WASHINGTON (AP) — The U.S. has begun an aggressive new push to inflict pain on Russia’s economy and specifically its oligarchs with the intent of thwarting the Kremlin’s invasion of Ukraine.
From the Treasury Department to the Justice Department, U.S. officials will focus on efforts to legally liquidate the property of Russian oligarchs, expand financial penalties on those who facilitate the evasion of sanctions, and close loopholes in the law that allow oligarchs to use shell companies to move through the U.S. financial system.
Andrew Adams, who heads the U.S. government’s KleptoCapture task force, designed to enforce the economic restrictions within the U.S. imposed on Russia and its billionaires, told The Associated Press that the group is prioritizing its efforts to identify those who help Russians evade sanctions and violate export controls.
“These illicit procurement networks will continue to take up an ever-increasing amount of our bandwidth,” said Adams, who also serves as acting deputy assistant attorney general.
So far, more than $58 billion worth of sanctioned Russians’ assets have been blocked or frozen worldwide, according to a report last week from the Treasury Department. That includes two luxury yachts each worth $300 million in San Diego and Fiji, and six New York and Florida properties worth $75 million owned by sanctioned oligarch Viktor Vekselberg.
The U.S. has begun attempts to punish the associates and wealth managers of oligarchs — in Vekselberg’s case, a federal court in New York indicted Vladimir Voronchenko after he helped maintain Vekselberg’s properties. He was charged in February with conspiring to violate and evade U.S. sanctions.
The case was coordinated through the KleptoCapture group.
“I think it can be quite effective to be sanctioning facilitators,” Adams said, calling them “professional sanctions evasion brokers.”
A February study led by Dartmouth University researchers showed that targeting a few key wealth managers would cause far greater damage to Russia than sanctioning oligarchs individually.
Other attempts to inflict pain on the Russian economy will come from the efforts to liquidate yachts and other property owned by Russian oligarchs and the Kremlin, turning them into cash to benefit Ukraine.
Ukrainian President Volodymyr Zelenskyy has long called for Russian assets to be transferred to Ukraine, and former Biden administration official Daleep Singh told the Senate Banking Committee on Feb. 28 that forfeiting Russia’s billions in assets held by the U.S. is “something we ought to pursue.”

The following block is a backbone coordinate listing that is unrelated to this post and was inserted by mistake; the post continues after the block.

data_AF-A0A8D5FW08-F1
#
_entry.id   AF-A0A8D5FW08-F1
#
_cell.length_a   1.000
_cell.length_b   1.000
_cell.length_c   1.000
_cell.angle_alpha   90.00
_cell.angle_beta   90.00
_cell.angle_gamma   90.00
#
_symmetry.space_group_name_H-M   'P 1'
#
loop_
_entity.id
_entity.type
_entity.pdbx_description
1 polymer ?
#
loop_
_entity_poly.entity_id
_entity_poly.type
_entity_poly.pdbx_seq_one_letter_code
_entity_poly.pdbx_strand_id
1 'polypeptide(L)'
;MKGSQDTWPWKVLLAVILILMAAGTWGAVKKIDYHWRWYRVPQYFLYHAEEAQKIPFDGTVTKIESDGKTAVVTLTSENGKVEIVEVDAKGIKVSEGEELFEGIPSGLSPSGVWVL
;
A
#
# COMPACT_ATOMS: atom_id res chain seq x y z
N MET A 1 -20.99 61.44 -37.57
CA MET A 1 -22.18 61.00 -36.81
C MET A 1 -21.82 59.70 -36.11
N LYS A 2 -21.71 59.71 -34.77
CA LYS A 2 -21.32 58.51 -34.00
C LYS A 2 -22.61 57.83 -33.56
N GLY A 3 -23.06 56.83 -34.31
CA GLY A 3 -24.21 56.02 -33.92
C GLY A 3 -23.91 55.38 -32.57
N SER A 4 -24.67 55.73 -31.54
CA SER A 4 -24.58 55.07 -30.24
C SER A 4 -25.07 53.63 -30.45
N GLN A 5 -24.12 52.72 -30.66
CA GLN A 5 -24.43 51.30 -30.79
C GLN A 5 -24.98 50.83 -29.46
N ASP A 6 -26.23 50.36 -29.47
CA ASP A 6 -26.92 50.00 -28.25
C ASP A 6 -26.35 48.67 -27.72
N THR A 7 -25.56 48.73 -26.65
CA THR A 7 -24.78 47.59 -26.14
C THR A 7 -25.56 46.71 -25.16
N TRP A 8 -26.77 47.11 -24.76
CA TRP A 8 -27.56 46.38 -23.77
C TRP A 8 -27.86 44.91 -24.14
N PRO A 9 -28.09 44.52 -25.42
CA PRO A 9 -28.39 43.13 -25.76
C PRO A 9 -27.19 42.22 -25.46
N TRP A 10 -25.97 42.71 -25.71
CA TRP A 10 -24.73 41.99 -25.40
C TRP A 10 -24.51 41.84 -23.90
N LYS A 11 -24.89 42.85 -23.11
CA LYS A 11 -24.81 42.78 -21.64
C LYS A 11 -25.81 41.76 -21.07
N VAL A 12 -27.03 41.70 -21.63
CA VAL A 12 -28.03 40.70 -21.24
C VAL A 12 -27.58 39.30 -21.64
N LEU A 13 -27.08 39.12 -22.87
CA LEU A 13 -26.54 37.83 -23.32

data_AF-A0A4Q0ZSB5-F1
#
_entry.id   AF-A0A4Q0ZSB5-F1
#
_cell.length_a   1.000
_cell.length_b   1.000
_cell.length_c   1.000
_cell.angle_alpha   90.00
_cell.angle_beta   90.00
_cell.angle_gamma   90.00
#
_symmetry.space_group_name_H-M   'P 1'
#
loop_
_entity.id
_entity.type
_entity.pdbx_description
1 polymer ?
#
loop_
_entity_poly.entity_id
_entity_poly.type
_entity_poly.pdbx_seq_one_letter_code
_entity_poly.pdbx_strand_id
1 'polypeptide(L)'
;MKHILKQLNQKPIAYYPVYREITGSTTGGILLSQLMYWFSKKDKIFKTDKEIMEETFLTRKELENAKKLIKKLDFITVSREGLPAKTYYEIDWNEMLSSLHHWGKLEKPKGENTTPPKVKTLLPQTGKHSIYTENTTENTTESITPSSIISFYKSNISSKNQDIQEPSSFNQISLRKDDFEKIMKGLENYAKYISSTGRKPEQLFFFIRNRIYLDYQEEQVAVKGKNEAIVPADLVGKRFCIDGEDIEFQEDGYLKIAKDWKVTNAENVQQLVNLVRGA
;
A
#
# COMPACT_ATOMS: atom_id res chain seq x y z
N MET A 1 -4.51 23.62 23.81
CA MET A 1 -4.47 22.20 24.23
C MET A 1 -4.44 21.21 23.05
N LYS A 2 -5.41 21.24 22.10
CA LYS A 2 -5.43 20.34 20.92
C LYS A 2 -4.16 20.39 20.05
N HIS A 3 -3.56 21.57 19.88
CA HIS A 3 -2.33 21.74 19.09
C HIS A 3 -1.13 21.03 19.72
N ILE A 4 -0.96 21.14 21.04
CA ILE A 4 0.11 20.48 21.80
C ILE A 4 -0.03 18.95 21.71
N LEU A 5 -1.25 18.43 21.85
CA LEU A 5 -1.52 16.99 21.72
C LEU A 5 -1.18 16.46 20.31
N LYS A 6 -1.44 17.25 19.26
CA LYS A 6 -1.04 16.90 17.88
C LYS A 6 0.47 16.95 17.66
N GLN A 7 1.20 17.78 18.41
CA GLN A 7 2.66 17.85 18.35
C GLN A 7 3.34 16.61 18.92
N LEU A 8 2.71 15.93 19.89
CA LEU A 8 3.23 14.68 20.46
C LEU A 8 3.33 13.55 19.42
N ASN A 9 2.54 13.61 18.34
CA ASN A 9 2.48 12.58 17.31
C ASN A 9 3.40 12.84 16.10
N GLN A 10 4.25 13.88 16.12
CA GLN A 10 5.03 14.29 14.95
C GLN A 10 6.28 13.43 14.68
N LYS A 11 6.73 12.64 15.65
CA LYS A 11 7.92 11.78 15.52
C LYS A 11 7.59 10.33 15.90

Singh suggested the U.S. should “use the reserves that we have immobilized at the New York Fed, transfer them to Ukraine and allow them to put them up as collateral to raise money.” He ran the White House’s Russia sanctions program when he was national security adviser for international economics.
Adams said the KleptoCapture task force is pursuing efforts to sell Russians’ yachts and other property, despite the legal difficulties of turning property whose owners’ access has been blocked into forfeited assets that the government can take and sell for the benefit of Ukraine.
He stressed that the U.S. will operate under the rule of law. “Part of what that means is that we will not take assets that are not fully, totally forfeited through the judicial procedures and begin confiscating them without a legal basis,” Adams said.
He added that the task force has had “success in working with Congress and working with folks around the executive branch in obtaining authorization to transfer certain forfeited funds to the State Department.”
The Treasury Department said on Thursday that the government is “paving the way” for $5.4 million in seized funds to be sent as foreign assistance to Ukraine.
Additionally, strengthening laws that serve as loopholes for sanctions evaders will also be a priority across federal departments, officials say.
The Financial Crimes Enforcement Network, under Treasury, is expected to roll out rules to address the use of the U.S. real estate market to launder money, including a requirement on disclosing the true ownership of real estate.
Steven Tian, director of research at the Yale Chief Executive Leadership Institute, who tracks companies’ disengagement from Russia, said the new real estate rule is long overdue.
“I would point out that it’s not just unique to Russian oligarchs. As you know, the real estate market makes use of shell companies in the United States, period,” Tian said.
Erica Hanichak, the government affairs director at the FACT Coalition, a nonprofit that promotes corporate transparency, urged the administration to put the rule forward by late March, when the U.S. co-hosts the second Summit for Democracy with the governments of Costa Rica, Netherlands, South Korea and Zambia.
“We’re viewing this as an opportunity for the United States to demonstrate leadership not only in addressing corrupt practices abroad, but looking to our own backyard and addressing the loopholes in our system that facilitate corruption internationally,” she said.